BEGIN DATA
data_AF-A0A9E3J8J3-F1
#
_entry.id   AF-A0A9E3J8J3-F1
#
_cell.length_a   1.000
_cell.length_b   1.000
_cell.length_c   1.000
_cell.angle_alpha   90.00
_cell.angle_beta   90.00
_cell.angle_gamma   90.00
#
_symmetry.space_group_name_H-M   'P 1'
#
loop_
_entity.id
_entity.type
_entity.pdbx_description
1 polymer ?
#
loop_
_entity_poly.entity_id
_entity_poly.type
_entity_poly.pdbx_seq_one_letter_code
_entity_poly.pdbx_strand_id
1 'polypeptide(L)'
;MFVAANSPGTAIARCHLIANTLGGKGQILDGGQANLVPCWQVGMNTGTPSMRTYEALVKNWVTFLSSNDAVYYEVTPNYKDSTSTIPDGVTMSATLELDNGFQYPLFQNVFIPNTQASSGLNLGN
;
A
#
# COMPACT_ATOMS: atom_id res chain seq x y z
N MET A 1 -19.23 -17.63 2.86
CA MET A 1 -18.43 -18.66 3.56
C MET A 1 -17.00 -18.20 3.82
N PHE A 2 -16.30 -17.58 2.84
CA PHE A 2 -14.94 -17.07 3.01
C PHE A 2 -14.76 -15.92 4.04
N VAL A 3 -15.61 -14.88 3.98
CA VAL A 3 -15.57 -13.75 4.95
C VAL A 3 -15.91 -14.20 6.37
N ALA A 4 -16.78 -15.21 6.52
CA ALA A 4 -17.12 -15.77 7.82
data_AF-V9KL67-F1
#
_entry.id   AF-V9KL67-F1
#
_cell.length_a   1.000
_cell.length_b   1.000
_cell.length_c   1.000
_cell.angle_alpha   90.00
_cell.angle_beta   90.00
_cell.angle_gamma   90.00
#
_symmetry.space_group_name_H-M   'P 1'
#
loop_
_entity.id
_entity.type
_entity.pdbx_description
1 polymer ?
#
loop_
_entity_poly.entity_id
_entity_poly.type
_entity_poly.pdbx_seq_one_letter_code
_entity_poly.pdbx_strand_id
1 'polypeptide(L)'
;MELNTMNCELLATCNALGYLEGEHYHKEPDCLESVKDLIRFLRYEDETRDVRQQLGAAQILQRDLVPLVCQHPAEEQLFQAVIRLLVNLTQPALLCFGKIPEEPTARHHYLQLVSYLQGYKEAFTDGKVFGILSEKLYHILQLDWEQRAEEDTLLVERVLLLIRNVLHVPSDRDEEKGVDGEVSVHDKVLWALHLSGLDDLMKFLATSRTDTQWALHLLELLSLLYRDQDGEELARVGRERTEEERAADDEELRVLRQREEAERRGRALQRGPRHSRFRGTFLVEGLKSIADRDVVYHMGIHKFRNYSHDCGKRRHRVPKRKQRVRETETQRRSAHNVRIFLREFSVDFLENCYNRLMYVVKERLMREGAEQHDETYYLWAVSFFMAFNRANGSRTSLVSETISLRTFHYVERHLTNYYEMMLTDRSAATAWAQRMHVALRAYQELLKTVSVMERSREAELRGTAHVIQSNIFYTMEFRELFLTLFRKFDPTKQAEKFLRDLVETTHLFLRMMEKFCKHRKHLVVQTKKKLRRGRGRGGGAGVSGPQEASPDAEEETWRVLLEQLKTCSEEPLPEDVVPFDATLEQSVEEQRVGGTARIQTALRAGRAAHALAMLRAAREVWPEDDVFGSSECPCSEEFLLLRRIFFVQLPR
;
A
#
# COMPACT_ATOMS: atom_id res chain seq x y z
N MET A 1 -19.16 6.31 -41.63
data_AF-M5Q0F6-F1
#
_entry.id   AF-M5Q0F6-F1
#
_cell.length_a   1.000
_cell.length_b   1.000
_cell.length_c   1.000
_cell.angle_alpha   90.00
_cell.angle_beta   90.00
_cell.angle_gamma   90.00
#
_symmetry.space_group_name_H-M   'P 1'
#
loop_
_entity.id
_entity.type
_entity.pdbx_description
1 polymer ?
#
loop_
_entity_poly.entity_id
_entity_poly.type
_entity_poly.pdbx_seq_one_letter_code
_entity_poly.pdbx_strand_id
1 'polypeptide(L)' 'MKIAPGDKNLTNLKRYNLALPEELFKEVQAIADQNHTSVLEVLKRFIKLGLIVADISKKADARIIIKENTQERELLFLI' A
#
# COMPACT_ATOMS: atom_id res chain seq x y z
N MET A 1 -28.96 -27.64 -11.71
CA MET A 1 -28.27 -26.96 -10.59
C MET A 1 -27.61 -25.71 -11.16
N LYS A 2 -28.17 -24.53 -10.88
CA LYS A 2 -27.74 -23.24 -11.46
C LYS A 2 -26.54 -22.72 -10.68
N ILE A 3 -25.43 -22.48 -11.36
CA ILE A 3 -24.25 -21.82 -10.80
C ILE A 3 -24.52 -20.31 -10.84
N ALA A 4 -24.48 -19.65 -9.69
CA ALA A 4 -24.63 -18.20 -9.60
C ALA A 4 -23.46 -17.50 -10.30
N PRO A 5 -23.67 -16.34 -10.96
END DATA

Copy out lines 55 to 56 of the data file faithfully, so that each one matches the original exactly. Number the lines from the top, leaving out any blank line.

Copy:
loop_
_entity.id